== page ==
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6 minutes ago, Clive Mortimore said:

Type four and a half was the name given by drivers at some sheds

To distinguish them from Type 4s, i.e. BR/Sulzer or English Electric.

 

7 minutes ago, Clive Mortimore said:

WR Pilots.

Also ScR.

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Changing the subject from barrier wagons and certainly from 47s, here is today’s offering from Gresley Jn, the 1400 KX-Newcastle.

 

5D5FE73F-AD13-400E-A7EF-88078725C175.jpeg.43916b694b340d187d78101237007f74.jpeg

0B306B24-C553-46D1-A34C-F94EE67EFAFE.jpeg.12f1a078fb2f21fa90c9ddbdd2d9b26e.jpeg

I didn’t use to run this train as it’s quite difficult to form up trains from loose stock on my outer (down) circuit - bad design of fiddle yard! I have a Newcastle train which sits in one of the reversible roads in the centre of my fiddle yard, but each Newcastle service is different. However, I’ve realised that the ex Silver Jubilee triplet which is part of my 0955 Newcastle/ 1735 return set from 1955 had moved to the 0800 Newcastle/ 1400 return by 1958, so by using my flexible time period I can run both trains with just a subtle change of a couple of coaches each end and get more use out of my expensive triplet.

 

The loco is 60046, Diamond Jubilee which those of you who follow my Coulsdon Works thread will have seen I have just completed. It is one of only five A3s which had A4 type non corridor streamlined tenders and was formed by mixing and matching a Hornby Miles Beevor and Minoru.

 

Just to show the complete formation, here is an aerial shot. This is as per the CWN except for a couple of Thompson brakes vice Mk1 which I think was quite typical.

418A13FC-007D-4B17-A8E1-D739B900244F.jpeg.a7db1bcf63d914d5f4608edaae30e58c.jpeg

 

I hope you like the triplet as you will be seeing it again shortly!

 

Andy

 

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I’ve taken up a new career as a brickie for the last few evenings and I’ve been quite productive because I’ve built a whole retaining wall for Gresley Jn!

 

9B8D9B12-C32D-4D50-B658-6BB478540B78.jpeg.d03114dd35cded2266894763377fd9be.jpegE3A8C27E-24B6-4A94-AD7D-BD51AA0D297B.jpeg.08581cfbc40020d2b63847d61048e155.jpeg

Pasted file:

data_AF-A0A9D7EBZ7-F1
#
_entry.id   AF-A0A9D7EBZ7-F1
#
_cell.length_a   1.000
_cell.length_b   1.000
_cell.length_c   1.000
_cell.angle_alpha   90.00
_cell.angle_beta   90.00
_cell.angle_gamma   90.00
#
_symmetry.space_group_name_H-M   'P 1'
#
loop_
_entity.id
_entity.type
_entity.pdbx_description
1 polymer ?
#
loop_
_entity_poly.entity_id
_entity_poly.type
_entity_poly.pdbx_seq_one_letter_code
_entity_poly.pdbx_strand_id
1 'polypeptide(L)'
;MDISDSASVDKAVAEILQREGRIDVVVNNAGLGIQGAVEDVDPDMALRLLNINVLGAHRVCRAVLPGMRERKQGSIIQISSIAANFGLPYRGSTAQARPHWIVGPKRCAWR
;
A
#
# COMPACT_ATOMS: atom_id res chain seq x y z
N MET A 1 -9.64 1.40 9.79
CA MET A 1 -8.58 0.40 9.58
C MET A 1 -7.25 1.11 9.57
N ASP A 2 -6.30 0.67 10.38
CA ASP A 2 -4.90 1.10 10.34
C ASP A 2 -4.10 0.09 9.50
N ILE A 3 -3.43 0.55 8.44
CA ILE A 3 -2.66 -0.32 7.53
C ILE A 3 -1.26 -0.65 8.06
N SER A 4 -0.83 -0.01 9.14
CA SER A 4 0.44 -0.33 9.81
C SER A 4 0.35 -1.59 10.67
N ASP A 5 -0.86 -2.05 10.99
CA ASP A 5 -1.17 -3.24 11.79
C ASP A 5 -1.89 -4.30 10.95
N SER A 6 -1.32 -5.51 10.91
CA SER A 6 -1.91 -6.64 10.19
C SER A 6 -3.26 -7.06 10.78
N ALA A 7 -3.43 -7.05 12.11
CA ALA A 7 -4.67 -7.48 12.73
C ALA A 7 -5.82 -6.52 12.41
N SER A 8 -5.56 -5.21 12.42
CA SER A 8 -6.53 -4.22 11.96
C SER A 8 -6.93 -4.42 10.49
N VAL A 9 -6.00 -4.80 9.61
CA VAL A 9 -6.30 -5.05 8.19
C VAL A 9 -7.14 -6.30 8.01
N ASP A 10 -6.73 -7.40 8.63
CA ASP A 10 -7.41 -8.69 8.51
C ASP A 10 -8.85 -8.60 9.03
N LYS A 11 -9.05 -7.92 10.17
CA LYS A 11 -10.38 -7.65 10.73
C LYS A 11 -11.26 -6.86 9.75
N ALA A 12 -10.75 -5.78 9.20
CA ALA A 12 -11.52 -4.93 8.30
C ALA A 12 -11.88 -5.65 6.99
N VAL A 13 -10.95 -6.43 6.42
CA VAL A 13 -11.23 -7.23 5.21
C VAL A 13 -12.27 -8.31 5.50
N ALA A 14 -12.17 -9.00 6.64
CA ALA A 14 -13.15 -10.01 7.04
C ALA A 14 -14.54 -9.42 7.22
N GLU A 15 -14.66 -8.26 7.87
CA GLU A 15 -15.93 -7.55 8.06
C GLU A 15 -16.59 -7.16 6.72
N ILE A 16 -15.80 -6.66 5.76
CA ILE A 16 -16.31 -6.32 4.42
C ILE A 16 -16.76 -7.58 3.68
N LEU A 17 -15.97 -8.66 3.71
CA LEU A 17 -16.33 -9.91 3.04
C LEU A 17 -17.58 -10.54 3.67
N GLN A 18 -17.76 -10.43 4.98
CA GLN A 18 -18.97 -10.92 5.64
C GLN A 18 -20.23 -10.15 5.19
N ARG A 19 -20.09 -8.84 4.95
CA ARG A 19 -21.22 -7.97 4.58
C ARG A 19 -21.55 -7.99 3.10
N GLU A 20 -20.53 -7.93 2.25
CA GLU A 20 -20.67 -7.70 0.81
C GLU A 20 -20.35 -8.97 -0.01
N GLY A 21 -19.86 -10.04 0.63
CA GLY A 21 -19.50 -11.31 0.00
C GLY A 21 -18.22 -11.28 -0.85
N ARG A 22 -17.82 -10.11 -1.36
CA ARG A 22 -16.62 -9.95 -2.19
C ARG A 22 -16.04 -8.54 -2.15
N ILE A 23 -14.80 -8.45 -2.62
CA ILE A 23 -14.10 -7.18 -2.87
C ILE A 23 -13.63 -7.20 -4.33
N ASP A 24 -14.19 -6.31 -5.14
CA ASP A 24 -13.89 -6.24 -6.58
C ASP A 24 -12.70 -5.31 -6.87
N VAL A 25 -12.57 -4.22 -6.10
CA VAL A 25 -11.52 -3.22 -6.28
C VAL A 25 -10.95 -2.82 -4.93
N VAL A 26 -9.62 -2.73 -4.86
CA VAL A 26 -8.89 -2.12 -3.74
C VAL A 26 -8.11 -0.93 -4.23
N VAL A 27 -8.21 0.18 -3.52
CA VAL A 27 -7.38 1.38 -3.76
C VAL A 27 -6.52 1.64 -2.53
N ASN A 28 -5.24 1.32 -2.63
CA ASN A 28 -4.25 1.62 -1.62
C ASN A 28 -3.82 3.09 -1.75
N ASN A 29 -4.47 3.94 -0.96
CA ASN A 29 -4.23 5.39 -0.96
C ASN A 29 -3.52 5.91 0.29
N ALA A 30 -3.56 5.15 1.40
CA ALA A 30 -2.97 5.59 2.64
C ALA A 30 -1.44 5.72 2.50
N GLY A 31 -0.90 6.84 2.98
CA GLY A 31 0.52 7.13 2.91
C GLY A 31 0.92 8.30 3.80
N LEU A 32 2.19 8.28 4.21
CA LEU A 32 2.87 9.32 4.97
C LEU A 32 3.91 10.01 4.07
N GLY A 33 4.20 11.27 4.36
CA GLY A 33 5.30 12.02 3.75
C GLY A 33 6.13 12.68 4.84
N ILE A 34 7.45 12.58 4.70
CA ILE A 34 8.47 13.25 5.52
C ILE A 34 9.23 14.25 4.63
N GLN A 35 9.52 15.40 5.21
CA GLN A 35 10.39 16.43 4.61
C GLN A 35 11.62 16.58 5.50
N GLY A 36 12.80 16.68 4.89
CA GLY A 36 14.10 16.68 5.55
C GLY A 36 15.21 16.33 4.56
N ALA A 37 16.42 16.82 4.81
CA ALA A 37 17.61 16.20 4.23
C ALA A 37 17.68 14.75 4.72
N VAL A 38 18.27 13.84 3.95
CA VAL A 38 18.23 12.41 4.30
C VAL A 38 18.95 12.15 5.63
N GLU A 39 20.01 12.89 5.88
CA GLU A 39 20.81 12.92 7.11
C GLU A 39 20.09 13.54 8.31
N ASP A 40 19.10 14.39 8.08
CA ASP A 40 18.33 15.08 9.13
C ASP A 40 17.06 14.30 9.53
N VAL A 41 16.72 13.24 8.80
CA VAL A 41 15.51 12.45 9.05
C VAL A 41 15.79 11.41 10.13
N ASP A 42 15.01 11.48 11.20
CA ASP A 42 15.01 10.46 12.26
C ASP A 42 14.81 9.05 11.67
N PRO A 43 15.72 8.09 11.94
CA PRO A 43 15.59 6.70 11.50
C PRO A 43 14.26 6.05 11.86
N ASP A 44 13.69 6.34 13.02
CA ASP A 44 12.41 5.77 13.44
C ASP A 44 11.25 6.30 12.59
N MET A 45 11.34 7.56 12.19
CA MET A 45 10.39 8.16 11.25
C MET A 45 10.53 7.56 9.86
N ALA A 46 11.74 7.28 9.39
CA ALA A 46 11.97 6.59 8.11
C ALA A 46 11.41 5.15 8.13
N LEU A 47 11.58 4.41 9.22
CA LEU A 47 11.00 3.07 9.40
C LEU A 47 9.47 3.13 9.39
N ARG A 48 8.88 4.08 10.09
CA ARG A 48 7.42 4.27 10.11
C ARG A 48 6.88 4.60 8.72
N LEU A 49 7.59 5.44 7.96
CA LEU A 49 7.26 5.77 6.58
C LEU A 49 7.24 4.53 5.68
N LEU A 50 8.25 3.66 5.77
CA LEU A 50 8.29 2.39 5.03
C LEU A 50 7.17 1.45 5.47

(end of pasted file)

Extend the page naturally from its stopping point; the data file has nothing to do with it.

It’s not finished yet as I need to extend it along to the station platforms. I envisage it running behind the station platform and merging into a building somewhere along the platform. I’m not quite sure how a red brick wall merging into a yellow brick station platform building will look but I’ll cross that bridge when I come to it.

 

It’s only rested in place at the moment. I need to spray it with varnish when the weather allows and then weather it before fixing it down. 

 

Does anyone have any comments on the position of the signal box - i.e. is it too cramped there sandwiched between wall and track?

 

Andy

 

 

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The oil tanks have left for 'Stirling' and the 1435 all stations to KX has just departed with Class 26 and quad arts. It's now time for the arrival of the next all stations from KX which I can show coming in past the new retaining wall.

DSC_1703.JPG.63b2f21ead7ec0aa9004d3ac0e6b991e.JPGDSC_1704.JPG.d0320fedd93827d74489f05f7cab0c29.JPG

 

This one is sounded fitted and as coasting into the station doesn't really do the sound justice, I've videoed it running round the train in Platform 4. It's a couple of minutes but plenty of sound effects to keep you entertained!

 

 

 

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1 hour ago, thegreenhowards said:

 

 

Does anyone have any comments on the position of the signal box - i.e. is it too cramped there sandwiched between wall and track?

 

Andy

 

 

 

Looks OK to me Andy, some signal boxes were like that - Holloway South Down for example (sort of).

 

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30 minutes ago, 31A said:

 

Looks OK to me Andy, some signal boxes were like that - Holloway South Down for example (sort of).

 

Yes, I agree. There seems to be a pathway clear of the running lines for the signalman, or anyone else to use safely. Land was expensive, and so most companies acquired no more that that which was absolutely necessary.

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On 18/11/2020 at 16:52, thegreenhowards said: